Black Slavery Thesis

Black slavery is among the most controversial issues that have caused various debates among historians in the American society. It is quite critical to note that the history of black slavery commences from 1776 during the American independence to about 1865, the period when the Civil War ended (Leslie 150). During this period, the American government legalized the civil war in their constitution, which allowed the white American to own the black slaves and use them at their own pleasure. As such, more people entered US, more so from the African continent, with West Africa serving as the most affected region (Larry 12). Such individuals worked in the American firms, while others resided in towns and took part in the construction of the cities …show more content…
During this period, the British settlers in North America dominated vast tobacco firms. However, their poor status could not enable them to pay for the labor wages, the factor that triggered them to resort to Africans for the purposes of acquiring cheap labor. In 1620, about 20 African immigrants arrived at Jamestown, Virginia, and bean to work in European firms. Since then, the slavery spread all over the American colonies. !8th century was the climax of the migration of the Black Africans to Americans, with the figure estimated by the Historians to be around 9 million slaves (Wilma 24). The migration incidence was indeed a blow to African continent since their elegant people had disappeared foreign nations to take part in slavery as well as serve the white people. In most cases, the slaves worked in large plantations that reared crops such as tobacco, rice and other cash crops that mostly benefited the whites. The slaves did not secure any pay at all, but received some food and shelter as their pay. It is also vial to note that most of the slaves lived in the Southern American and worked in the firms of the …show more content…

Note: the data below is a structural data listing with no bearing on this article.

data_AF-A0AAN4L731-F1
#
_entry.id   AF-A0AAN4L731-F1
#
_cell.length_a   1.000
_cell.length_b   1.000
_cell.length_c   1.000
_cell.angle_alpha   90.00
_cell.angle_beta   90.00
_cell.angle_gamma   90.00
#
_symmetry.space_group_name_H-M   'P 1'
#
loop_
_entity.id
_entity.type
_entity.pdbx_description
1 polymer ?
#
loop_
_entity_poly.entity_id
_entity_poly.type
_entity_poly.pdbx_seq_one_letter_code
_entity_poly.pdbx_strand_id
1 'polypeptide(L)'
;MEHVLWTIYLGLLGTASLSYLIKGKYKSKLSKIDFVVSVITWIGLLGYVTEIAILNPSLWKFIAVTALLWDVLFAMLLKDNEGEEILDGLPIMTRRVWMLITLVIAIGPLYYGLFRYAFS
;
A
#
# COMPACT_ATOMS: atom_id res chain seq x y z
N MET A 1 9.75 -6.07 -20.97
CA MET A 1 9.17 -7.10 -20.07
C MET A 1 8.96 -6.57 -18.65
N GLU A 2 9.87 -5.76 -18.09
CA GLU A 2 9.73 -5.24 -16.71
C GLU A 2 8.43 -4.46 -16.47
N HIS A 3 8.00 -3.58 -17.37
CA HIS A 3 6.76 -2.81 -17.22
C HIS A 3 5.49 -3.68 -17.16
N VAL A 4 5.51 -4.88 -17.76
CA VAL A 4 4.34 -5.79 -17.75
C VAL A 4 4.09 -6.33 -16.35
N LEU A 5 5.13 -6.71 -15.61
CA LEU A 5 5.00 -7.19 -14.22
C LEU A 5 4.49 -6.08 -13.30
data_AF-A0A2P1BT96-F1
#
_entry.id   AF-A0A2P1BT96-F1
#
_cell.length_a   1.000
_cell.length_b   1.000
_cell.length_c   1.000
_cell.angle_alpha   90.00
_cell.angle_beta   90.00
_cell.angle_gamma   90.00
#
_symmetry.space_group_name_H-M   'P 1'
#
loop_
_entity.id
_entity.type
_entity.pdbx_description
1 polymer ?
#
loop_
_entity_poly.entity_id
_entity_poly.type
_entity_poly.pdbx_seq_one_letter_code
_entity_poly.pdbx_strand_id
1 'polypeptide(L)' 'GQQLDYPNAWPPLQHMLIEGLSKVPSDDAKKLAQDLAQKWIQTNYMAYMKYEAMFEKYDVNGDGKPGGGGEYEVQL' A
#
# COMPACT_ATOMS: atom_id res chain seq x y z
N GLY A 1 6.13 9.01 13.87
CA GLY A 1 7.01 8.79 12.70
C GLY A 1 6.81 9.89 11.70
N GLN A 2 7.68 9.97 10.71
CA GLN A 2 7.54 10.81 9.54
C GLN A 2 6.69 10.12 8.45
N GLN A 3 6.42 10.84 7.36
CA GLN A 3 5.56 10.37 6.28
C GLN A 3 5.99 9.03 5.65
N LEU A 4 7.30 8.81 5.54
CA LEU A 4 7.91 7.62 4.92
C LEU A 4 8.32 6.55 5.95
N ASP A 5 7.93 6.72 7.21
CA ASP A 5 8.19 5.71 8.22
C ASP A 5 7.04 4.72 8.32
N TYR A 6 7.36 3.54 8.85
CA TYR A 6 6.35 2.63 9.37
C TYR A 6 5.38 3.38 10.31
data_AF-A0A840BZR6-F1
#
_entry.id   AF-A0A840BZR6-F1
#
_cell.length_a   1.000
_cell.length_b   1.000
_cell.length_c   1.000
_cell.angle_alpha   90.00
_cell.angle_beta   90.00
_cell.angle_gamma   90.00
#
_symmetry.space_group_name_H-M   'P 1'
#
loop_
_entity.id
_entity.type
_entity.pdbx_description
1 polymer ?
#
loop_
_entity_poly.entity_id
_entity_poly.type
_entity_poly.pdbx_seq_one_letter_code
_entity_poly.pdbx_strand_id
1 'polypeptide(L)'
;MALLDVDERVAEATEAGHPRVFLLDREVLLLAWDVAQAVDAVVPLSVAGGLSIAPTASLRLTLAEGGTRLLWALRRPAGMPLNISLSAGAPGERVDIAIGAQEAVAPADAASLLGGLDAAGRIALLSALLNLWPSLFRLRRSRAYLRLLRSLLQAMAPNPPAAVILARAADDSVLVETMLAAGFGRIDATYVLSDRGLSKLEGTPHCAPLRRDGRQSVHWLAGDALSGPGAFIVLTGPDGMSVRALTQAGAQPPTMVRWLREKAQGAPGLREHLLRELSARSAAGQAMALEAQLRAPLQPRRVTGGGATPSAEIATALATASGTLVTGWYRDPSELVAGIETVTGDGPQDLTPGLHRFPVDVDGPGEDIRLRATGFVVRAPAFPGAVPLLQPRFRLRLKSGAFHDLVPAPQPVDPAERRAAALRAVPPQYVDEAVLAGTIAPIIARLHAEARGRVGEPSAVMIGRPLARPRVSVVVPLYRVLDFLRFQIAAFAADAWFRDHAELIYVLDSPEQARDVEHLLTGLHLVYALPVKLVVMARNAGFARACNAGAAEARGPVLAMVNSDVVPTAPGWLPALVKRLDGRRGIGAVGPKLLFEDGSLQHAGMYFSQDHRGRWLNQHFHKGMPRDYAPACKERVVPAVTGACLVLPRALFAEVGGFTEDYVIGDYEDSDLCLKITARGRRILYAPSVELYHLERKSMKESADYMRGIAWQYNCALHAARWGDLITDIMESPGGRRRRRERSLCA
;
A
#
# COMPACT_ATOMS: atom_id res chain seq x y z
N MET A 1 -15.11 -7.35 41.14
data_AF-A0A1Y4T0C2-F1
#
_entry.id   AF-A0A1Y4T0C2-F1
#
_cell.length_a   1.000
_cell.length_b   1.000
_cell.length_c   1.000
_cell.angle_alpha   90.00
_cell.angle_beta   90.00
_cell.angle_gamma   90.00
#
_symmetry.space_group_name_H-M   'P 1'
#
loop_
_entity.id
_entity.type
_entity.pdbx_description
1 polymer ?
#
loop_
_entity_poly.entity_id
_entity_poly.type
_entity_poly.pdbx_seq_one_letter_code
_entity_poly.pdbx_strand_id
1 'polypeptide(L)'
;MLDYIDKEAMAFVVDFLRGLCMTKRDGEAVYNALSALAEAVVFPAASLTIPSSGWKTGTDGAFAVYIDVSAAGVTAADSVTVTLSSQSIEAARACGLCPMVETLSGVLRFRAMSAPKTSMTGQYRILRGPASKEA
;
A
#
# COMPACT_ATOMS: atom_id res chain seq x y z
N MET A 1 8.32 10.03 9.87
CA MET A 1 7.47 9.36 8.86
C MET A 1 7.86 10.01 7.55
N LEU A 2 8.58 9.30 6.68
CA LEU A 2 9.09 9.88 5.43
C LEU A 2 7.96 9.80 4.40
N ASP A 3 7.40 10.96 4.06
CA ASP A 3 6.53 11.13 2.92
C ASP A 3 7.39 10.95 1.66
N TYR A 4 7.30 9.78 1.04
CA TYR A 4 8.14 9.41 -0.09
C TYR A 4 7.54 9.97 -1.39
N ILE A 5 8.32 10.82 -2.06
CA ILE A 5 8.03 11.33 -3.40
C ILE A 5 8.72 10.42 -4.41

Such families faced humiliation, pain and psychological torture since the American constitution did not consider them as legal. In most cases, such families lived apart, since one or two of their members could easily join other groups of slaves at a further distance (Wilma 220). The America colonial considered them as properties hence denied them the right to enter into a pact or contract. The first lot of the American slaves to marry occurred in 1865, when the nation legalized them to marry by ending their slavery (Sterling

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